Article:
WASHINGTON – On August 29, The Federal Communications Commission largely rejected petitions to reconsider its Broadband Consumer Label rules, thereby preserving consumer access to clear, easy-to-understand and accurate information about the cost and performance of broadband services.
“Every consumer needs transparent information when making decisions about what internet service offering makes the most sense for their family or household. No one wants to be hit with charges they didn’t ask for or they did not expect. That’s why Broadband Consumer Labels are so important,” said FCC Chairwoman Jessica Rosenworcel.
As required by the Infrastructure Investment and Jobs Act, the Commission adopted the new rules in 2022 requiring broadband internet service providers to display labels at the point of sale that disclose important information about broadband prices, introductory rates, data allowances, and broadband speeds, and to include links to information about their network management practices, privacy policies, and the FCC’s Affordable Connectivity Program. The labels are also known as broadband nutrition labels because of their resemblance to the labels that appear on food items.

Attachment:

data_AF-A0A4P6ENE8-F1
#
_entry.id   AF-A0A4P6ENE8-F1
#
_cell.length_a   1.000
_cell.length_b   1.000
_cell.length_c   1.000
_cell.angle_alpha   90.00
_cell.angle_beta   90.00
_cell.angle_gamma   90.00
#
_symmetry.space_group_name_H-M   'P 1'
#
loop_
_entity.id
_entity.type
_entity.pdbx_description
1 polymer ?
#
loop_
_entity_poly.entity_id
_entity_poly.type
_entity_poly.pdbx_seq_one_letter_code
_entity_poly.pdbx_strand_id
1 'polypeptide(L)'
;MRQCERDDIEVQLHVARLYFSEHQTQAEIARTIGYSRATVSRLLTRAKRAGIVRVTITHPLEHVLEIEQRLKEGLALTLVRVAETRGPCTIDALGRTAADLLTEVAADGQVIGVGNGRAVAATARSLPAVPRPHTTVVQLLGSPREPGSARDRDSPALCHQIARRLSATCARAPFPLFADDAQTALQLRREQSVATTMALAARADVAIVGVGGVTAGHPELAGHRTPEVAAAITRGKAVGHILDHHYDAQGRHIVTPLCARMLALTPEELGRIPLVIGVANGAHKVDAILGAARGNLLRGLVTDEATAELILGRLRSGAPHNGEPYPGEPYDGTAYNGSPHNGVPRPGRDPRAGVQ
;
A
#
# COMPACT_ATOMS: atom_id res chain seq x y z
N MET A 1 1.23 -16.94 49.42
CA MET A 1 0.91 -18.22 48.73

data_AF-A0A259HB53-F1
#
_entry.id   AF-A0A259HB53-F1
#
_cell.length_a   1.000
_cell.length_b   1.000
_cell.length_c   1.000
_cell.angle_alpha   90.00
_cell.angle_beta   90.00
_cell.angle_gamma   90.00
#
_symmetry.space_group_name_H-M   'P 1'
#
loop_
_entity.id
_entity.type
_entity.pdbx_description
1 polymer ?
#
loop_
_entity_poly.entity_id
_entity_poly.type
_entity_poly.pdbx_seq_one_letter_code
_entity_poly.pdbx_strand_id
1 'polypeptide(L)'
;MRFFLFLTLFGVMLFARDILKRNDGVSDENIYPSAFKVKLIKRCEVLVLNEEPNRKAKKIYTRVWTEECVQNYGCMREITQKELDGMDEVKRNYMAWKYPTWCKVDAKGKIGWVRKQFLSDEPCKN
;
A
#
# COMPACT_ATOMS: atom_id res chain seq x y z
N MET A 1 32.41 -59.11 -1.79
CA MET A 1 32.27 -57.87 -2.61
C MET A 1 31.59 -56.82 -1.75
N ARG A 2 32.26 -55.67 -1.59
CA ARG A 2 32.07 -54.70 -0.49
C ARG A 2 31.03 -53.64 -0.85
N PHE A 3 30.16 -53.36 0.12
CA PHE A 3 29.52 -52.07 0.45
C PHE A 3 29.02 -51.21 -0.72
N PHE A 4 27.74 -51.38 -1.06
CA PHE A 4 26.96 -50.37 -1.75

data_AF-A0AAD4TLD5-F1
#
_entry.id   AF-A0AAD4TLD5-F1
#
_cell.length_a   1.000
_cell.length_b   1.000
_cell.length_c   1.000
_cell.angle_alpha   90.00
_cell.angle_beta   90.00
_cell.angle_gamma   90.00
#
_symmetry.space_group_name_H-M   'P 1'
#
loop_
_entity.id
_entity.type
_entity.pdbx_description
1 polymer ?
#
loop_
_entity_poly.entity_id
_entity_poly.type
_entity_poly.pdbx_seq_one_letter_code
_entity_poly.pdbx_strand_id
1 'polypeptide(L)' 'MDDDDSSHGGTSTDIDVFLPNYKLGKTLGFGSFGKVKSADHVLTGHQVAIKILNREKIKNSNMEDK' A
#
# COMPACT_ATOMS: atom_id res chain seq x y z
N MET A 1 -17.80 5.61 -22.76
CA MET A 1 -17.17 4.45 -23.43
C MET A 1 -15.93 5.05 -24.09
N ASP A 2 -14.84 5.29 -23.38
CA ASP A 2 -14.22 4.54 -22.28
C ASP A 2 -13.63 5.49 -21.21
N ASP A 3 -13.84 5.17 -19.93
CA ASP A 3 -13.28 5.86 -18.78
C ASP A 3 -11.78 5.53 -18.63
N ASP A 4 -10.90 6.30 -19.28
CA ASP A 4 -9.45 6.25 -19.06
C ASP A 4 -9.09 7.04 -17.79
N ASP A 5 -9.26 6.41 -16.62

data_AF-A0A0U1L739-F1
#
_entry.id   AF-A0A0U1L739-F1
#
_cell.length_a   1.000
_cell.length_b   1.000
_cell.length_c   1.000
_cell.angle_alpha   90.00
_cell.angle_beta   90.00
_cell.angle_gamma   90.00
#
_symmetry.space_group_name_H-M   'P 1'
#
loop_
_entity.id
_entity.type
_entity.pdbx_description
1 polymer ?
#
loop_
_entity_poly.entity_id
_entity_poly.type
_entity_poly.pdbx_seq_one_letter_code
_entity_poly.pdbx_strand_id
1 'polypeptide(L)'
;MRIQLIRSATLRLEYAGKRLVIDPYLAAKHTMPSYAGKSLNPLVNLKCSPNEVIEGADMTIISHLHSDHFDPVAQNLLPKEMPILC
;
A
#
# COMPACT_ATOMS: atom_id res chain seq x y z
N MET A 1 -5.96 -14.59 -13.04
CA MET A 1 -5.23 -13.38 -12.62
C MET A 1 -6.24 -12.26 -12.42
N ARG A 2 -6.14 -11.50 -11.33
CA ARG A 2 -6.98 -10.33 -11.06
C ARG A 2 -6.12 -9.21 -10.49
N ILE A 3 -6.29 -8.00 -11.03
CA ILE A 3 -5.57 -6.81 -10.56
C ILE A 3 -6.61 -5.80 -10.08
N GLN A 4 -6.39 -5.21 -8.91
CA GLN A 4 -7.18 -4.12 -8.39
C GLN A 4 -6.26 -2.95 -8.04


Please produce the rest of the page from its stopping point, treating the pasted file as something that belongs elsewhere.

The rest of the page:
Following the adoption of the Broadband Label Order, several petitions were filed asking the Commission to clarify and/or reconsider certain label requirements. The Order on Reconsideration largely affirms the rules adopted in the Report and Order while making some revisions and clarifications, such as modifying provider record-keeping requirements when directing consumers to a label on an alternative sales channel and confirming that providers may state “taxes included” when their price already incorporates taxes.
The rules will go into effect following the legally required review by the Office of Management and Budget (OMB). After this Paperwork Reduction Act analysis is complete, the majority of providers will have to display the label within six months of approval; providers with 100,000 or fewer subscriber lines face a deadline of twelve months after OMB approval.
For more information about the Broadband Consumer Labels program, visit https://www.fcc.gov/broadbandlabels.